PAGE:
Timothy Aubry, a critic, comments on the novel’s blatant attitude. “Since 1951 when it was first published, The Catcher in the Rye has served as a resonant expression of alienation for several generations of adolescent readers and adults who have considered themselves at odds with the norms and institutions of American society.” Holden looks at the people in New York City leading society’s version of idealistic lives and feels repulsed. His view on life is cynical, not at all in line with the optimism of the American Dream. This book could then be an antithesis of the idea.
During the meeting, Holden annoys Carl with his fixation on sex. After Luce leaves, Holden gets drunk, awkwardly flirts with several adults, and calls an icy Sally. Exhausted and out of money, Holden wanders over to Central Park to investigate the ducks, breaking Phoebe's record on the way. Nostalgically recalling his experience in elementary school and the unchanging dioramas in the Museum of Natural History that he enjoyed visiting as a child, Holden heads home to see Phoebe. He sneaks into his parents' apartment while they are out, and wakes up Phoebe – the only person with whom he seems to be able to communicate his true feelings.
J.D Salinger’s widely read novel, “The Catcher in the Rye” is an episodic novel that describes in great depth Holden Caulfields three day trip from Pencey Prep, California to New York. During his roam to New York, Holden undergoes many social problems that seem to affect the way Holden behaves and acts. One of the main social issues in the novel is his innocence as he is acclimated to being around adults. In addition, another societal problem Holden faces is sexual confusion as Holden claims he is a sex maniac although, he is still a virgin. Finally, Holden has difficulties with isolation as Holden lives distant from his family and constantly strives to find ways to feel belonged.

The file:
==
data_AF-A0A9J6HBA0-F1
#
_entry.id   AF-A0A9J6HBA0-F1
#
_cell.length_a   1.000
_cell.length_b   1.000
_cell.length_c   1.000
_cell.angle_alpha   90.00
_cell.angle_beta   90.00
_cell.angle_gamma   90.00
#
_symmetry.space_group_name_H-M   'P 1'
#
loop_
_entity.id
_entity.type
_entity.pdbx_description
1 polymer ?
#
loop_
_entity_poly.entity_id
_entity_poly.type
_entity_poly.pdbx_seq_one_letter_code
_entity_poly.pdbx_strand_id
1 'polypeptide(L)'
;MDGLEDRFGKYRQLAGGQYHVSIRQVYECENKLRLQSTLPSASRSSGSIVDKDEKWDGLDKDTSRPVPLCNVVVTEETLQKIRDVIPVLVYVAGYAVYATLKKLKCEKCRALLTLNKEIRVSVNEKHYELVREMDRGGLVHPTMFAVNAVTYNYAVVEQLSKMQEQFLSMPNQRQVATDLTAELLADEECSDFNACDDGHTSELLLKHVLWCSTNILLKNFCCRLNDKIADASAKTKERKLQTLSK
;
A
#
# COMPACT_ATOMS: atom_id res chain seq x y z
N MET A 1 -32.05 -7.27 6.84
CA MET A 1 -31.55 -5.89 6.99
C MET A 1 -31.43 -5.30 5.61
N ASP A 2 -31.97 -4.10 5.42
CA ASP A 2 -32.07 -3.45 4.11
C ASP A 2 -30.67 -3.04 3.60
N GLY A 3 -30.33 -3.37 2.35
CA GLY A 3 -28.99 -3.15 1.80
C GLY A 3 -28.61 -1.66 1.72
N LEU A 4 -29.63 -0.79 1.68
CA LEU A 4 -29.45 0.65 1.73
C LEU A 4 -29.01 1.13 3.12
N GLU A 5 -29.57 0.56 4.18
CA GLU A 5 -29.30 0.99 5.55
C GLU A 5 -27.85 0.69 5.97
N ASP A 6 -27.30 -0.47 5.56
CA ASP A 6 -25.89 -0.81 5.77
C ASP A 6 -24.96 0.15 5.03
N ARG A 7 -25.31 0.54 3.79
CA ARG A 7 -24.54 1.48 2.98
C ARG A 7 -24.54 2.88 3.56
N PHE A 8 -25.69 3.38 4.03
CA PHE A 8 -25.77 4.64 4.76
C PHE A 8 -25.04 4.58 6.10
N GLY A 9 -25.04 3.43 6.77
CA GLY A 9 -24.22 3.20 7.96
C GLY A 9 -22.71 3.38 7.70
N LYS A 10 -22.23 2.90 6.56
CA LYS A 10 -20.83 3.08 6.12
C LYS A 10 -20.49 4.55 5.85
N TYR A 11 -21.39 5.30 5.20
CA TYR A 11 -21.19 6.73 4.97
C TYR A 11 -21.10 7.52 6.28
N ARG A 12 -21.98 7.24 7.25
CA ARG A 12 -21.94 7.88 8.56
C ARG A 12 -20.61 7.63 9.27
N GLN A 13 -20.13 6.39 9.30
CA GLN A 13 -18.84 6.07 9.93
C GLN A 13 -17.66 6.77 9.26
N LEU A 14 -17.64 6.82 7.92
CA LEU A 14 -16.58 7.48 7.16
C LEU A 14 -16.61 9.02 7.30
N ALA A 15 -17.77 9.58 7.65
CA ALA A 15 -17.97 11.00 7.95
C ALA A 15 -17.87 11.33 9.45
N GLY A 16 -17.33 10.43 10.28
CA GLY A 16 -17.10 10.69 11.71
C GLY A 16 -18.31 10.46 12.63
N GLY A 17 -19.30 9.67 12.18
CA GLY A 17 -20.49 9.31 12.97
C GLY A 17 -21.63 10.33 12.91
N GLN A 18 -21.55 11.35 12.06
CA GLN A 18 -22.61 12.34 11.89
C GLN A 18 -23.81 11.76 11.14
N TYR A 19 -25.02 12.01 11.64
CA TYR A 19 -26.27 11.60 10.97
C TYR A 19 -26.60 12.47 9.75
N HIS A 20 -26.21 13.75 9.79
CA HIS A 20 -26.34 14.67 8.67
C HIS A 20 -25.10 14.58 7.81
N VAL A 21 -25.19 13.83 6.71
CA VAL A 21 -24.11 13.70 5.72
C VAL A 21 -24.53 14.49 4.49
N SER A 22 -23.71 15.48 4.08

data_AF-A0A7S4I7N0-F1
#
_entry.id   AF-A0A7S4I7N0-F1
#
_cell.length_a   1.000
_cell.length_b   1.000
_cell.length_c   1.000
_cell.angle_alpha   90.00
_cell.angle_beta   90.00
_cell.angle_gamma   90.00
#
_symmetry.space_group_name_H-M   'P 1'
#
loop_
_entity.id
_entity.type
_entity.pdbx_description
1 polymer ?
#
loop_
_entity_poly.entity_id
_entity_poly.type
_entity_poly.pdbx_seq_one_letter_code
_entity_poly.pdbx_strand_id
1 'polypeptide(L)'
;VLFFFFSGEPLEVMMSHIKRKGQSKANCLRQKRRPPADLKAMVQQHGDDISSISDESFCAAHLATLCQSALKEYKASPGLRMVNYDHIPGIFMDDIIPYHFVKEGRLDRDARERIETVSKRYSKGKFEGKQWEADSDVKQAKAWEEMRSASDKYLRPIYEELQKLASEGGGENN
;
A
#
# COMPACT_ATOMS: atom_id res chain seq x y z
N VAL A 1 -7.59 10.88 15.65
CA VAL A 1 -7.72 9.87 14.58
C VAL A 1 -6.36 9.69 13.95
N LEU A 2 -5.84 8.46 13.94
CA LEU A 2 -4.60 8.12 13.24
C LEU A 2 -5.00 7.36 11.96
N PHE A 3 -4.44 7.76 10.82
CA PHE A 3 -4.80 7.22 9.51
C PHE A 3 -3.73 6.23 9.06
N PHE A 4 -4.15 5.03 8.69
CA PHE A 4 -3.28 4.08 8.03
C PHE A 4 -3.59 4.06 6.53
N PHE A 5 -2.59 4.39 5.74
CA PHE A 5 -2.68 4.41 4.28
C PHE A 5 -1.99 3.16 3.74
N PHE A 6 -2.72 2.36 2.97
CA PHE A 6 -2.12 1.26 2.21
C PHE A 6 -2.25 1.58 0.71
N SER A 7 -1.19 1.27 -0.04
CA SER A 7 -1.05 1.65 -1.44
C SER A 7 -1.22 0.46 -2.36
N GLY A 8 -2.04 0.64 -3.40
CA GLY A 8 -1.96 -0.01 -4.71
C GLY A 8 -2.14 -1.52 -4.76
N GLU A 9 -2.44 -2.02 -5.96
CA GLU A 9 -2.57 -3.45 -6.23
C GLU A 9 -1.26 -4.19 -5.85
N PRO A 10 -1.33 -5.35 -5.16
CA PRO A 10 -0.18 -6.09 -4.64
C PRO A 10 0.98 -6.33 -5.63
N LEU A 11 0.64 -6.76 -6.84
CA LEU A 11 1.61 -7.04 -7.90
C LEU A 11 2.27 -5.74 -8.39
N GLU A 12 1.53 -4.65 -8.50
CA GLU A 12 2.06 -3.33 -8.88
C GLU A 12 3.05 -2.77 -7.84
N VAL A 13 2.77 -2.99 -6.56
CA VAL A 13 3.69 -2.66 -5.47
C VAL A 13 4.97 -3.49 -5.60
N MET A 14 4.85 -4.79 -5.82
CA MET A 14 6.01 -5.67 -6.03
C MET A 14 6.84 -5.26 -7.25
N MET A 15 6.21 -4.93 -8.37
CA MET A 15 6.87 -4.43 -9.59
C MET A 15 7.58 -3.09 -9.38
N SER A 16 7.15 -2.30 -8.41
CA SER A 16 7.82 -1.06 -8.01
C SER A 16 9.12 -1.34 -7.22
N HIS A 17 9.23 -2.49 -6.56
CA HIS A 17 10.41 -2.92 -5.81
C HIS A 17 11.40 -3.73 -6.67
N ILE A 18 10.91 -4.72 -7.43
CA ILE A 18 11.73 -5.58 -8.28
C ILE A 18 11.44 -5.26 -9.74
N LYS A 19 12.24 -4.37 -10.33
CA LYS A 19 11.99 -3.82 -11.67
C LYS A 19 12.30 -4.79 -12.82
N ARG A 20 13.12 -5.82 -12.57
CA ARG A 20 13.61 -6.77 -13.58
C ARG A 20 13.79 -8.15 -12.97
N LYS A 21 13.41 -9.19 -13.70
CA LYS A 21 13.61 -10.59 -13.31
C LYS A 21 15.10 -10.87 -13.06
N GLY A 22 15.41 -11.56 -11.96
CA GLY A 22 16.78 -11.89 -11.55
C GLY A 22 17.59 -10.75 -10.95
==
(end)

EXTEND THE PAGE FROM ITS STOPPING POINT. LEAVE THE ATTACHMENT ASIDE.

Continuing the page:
Ashes is predicting what her dad wants to do. One more quote from the story is “I must have sounded like mom because he stopped talking. ”(Pfeffer pg 3). This is showing that Ashes usually talks like her dad and since she said something that sounded like something her mom would say, her dad got surprised. Ashes thinks and acts like her dad.
Do not be deceived: Neither the sexually immoral nor idolaters nor adulterers nor men who have sex with men...will inherit the kingdom of God "(Biblica Inc, NIV). Mr. Waters will not inherit the kingdom of God obviously because of his wrong doings towards Marshall. At the end of Mr. Waters life, he got abusive with Dory and slashed her on her face and pulled open her shirt. Dory began to yell for help and once Ben had gone down with a sledgehammer to help her she came back up running.
Carl Luce, a student adviser from a previous school, is also being labelled as phony, yet Holden calls him. “The only thing he ever did, though, was give these sex talks and all late at night… He knew quite a bit about sex…” (154) It is no secret why Holden wants to meet with Carl. Holden sounds sex obsessed and very childish during his conversation with Carl. He is trying to provoke Carl to talk about sex.
Equality 7-2521 starts the novel as misguided, who has just never understood that he is not quite the same as everyone around him. When Equality 7-2521 incidentally returns late to the Home of the Street Sweepers, he postponed to tell his Home Council where he has been, and is thrown into the Palace of Corrective Detention, where he 's beaten. "Take our brother Equality 7-2521 to the Palace of Corrective Detention. Lash them until they tell" (64). The refusal to account for himself, based on how the Elders treated him and his lightbulb , was strengthening the thought of "self", which until this minute was truly not understood.
I heard Glenda tell Mom that since 9/11, she felt that John was experiencing those old urges, and she was worried that his old habits might resurface. I knew that she seemed worried about the new couple my mom invited, and I changed the subject back to the pervert. I said to Leo, “If we ever meet a three hundred pound hair lip, I’ll have you do all the talking.” “You are an asshole.” “I am what I am,” I said.